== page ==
Choosing an Activity Tracker Part 1: IntroductionPosted by Moira on Mar 25, 2015 in Exercise | 0 comments
I have been posting on Facebook for weeks about wearing multiple activity trackers. This inaugural post in the series will review one of my first “activity trackers”. As we go through the series, I will introduce you to several common trackers on the market today and explain some of the pros and cons of each. Obviously I don’t have an unlimited budget so I only tested a few, but this should give you an idea of the pros and cons for several popular brands and types.
When I first started exercising I used a regular, inexpensive pedometer like the type you would find at Target or Walmart for $10-$20. After awhile I wanted something that would download data to my computer and Nate and I both purchased the Omron Pocket Pedometer. The Omron pedometer is fabulous, basic, easy to use and see, and most of all – it is accurate. I know this because the researcher in me tested the accuracy. I walked all over counting my steps – flat surfaces, turning around, up and down stairs, walking fast, and walking slow. Check out the results below:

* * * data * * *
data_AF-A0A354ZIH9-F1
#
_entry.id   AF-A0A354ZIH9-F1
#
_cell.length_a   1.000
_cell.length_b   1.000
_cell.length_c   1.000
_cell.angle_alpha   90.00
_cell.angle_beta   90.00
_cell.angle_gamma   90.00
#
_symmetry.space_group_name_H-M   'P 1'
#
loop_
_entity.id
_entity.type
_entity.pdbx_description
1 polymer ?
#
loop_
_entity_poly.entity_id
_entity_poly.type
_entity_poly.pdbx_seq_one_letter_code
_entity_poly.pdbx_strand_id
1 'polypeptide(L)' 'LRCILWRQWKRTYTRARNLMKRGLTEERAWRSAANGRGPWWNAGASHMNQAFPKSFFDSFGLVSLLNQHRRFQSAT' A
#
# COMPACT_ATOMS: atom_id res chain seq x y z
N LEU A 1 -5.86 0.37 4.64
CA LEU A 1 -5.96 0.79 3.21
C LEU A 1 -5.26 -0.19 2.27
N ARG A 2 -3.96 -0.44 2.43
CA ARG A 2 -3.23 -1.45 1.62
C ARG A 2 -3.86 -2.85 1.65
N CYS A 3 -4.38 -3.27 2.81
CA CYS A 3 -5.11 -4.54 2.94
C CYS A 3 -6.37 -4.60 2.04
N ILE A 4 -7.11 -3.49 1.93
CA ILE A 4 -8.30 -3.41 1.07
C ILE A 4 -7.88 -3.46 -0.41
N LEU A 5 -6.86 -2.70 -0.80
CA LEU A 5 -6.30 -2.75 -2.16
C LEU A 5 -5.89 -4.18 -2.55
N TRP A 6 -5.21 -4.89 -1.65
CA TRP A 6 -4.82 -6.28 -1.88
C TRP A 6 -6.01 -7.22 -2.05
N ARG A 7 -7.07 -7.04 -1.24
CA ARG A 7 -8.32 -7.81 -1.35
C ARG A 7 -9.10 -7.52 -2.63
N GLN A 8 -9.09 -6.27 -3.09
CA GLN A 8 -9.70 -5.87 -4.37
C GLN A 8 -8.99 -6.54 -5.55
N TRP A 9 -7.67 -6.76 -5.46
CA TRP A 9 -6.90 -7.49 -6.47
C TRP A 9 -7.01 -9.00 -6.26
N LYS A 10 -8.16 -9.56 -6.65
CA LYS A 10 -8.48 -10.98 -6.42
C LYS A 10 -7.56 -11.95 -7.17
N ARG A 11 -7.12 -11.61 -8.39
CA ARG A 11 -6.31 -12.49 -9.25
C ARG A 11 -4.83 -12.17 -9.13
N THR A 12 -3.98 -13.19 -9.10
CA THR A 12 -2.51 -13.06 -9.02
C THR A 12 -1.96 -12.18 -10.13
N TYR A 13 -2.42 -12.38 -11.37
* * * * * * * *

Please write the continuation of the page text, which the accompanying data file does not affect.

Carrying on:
|Number of Steps Taken:||Omron Pedometer Recorded:|
|50 steps||50 steps|
|60 steps||60 steps|
|100 steps||100 steps|
As you can see, it was accurate step for step. It is a bit bulky, but it doesn’t need to be charged and takes a standard CR2032 battery that lasts for a very long time. The pedometer comes with a belt clip, but at some point (recently) I lost the clip so I can’t show you a picture of that here. The newer versions appear to be less bulky and are compatible with the new Omron app.
I did eventually upgrade to my current tracker, but only because Nate’s Omron pedometer went through the wash more than once and didn’t fare so well (oops). I gave him mine and began the search for a newer activity tracker.
Curious what I bought? Read Choosing an Activity Tracker Part 2.
(Affiliate links used in this post)